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Digital Education team blog


Ideas and reflections from UCL's Digital Education team


“Social” self-study

By Clive Young, on 17 March 2011

Head forst book pageEarlier this year I came across the Head First WordPress book from O’Reilly and was much taken by the “brain-friendly” highly visual, conversational, sometimes jokey layout (see left).  This made me ponder just how friendly our self-study e-learning support material is. We tend to make our documents and videos quite academic and dry, though our live workshops are fun and interactive.

e-Learning consultant Clive Shephard raised much the same point in a blog post this month Can self-study be social? .  He suggests “self-study could feel very much like one-to-one learning if the content was prepared with a degree of personality… written using a conversational tone, with the author’s personality shining through“…maybe I suggest a bit more like the Head First design approach.

Clive puts it bluntly “Web 2.0 content – blog and forum postings, YouTube videos, etc. –  is consumed with gusto because it has personality. Policy manuals, corporate brochures and self-study compliance courses are not, because they don’t.

He concludes “Time for e-learning to get some personality. If it does, even self-study can feel like a social experience.

It seems there is a challenge there for all of us involved in the development of print and online support materials, to move from the dry academic tone towards something that is a little more fun and engaging.

The death of the publishing industry?

By Matt Jenner, on 17 January 2011

The e-book was introduced decades ago to a minimal reception, few devices having the capability of understanding the files and even fewer people appearing interested in the idea of reading digital books. This is changing, devices such as the Kindle and the iPad have shown that books may indeed be not just read on an electronic device, but perhaps even preferred.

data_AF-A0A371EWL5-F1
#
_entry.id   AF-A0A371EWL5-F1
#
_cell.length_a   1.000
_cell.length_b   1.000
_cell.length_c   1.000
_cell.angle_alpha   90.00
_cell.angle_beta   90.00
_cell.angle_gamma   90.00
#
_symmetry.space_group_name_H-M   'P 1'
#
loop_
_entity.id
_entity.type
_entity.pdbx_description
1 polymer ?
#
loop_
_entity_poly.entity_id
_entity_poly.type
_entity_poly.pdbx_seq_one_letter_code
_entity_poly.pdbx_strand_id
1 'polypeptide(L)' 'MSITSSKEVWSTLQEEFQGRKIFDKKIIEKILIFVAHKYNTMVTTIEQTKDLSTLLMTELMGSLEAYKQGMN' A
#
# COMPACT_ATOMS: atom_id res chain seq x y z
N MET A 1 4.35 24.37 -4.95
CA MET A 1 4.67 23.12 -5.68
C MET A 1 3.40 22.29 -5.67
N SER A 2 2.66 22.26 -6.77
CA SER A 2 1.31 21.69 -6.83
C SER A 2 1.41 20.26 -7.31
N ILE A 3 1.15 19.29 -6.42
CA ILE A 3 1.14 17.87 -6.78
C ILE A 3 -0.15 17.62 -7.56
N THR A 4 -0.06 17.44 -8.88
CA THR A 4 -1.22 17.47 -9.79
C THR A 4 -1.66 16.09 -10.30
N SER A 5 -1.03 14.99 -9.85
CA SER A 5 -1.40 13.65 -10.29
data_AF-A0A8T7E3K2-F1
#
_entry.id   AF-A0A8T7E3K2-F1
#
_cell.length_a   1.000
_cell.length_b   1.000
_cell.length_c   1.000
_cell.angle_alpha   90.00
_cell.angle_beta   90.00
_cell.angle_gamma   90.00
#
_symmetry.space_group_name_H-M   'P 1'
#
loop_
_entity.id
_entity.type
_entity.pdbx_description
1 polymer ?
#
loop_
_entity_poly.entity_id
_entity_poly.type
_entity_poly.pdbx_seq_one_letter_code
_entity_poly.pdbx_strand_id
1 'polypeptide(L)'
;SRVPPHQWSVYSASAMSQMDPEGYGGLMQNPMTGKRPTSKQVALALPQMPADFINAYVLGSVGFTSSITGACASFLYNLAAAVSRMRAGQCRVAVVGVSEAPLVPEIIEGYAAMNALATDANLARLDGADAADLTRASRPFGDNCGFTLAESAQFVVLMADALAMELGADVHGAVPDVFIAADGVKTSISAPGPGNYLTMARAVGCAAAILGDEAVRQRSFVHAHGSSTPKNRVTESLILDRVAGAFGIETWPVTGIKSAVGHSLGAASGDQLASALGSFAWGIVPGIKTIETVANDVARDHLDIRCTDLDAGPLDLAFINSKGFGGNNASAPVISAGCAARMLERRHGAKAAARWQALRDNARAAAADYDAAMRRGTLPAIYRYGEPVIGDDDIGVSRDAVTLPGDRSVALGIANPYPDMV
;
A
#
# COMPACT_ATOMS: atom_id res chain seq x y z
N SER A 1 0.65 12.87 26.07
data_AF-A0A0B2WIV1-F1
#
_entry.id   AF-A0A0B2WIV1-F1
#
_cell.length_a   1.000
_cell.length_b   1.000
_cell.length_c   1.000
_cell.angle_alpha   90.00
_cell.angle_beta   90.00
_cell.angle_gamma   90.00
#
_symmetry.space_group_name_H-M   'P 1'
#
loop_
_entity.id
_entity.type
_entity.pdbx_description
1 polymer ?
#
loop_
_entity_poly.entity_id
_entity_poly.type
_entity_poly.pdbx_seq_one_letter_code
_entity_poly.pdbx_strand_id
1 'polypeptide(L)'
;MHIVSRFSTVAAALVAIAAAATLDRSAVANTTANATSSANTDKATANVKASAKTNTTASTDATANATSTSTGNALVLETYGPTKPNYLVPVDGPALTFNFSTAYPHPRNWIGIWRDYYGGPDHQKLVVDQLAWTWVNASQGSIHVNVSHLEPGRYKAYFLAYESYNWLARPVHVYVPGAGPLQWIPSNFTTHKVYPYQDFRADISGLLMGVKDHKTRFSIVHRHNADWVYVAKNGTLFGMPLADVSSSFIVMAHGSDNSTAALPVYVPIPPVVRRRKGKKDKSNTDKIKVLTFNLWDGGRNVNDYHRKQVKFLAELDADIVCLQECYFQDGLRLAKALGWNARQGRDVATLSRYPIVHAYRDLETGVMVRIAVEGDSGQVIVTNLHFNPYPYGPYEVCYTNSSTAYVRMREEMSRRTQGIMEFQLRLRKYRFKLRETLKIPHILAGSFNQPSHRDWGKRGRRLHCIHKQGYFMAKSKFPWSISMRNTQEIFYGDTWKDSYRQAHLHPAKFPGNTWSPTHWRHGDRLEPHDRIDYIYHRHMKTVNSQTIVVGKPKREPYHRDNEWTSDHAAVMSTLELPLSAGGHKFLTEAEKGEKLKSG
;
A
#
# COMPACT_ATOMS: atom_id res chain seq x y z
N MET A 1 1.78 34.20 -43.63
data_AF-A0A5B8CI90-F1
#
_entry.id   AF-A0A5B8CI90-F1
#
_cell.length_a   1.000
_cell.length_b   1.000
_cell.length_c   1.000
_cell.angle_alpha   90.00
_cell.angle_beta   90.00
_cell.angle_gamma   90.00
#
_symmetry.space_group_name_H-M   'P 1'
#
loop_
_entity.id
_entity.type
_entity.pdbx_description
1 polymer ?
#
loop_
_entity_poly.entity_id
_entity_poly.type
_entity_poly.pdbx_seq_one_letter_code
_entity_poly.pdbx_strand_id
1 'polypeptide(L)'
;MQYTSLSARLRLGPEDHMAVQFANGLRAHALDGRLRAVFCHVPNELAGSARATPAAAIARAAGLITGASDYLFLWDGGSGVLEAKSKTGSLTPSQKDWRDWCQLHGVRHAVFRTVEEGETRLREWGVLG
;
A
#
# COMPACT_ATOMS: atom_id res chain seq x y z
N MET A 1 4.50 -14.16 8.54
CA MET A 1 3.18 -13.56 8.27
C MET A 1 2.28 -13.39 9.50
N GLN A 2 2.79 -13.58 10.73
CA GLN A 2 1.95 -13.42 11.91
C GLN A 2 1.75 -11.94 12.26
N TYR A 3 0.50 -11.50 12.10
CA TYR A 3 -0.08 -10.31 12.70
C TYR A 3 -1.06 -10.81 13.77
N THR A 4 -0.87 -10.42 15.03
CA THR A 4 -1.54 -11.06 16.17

So much is changing that now the content creator is fast becoming the publisher, setting their own rules, including the end price, of their works. But is this the end?

Traditionally people didn’t know how to get their works published. The idea of sending it to a distant country and shipping back containers full of printed material is daunting or financially impossible. However, now they can just convert to PDF and make their work accessible on a multitude of devices and with instant delivery and their own set price (all of which goes directly to the author).

Is this really the end, or just a new chapter?

Well actually it’s not the death of the publishing industry at all, if anything a little adaption to a changing market may be needed but companies such as Pearson have been doing this for many years. Traditionally the enjoyment of a book was the way that it felt in your hands, finding it on the shelf and lending/giving it to a friend or family member.

Progression from the book to, say an iPad version, will ensue changes, for example no book could ever have a video playing on the page or a 3D artefact jumping out at you as you turn the page (although pop-up books try…) but augmented reality is slightly different, the object can move around and be interactive.

The idea of the death of the publishing industry is unfounded, firstly they are here to act as significant filters, ensuring they uphold their levels of quality and people can trust their products. They can also be innovators and leaders in new trends and ideas, why be afraid of a development when it can be embraced?

The publishing industry is very much alive, if anything the chances for new and exciting times are ahead, where there is more transparency between the author and the reader, the content and the imagination and the variety of formats for which we can share knowledge and ideas.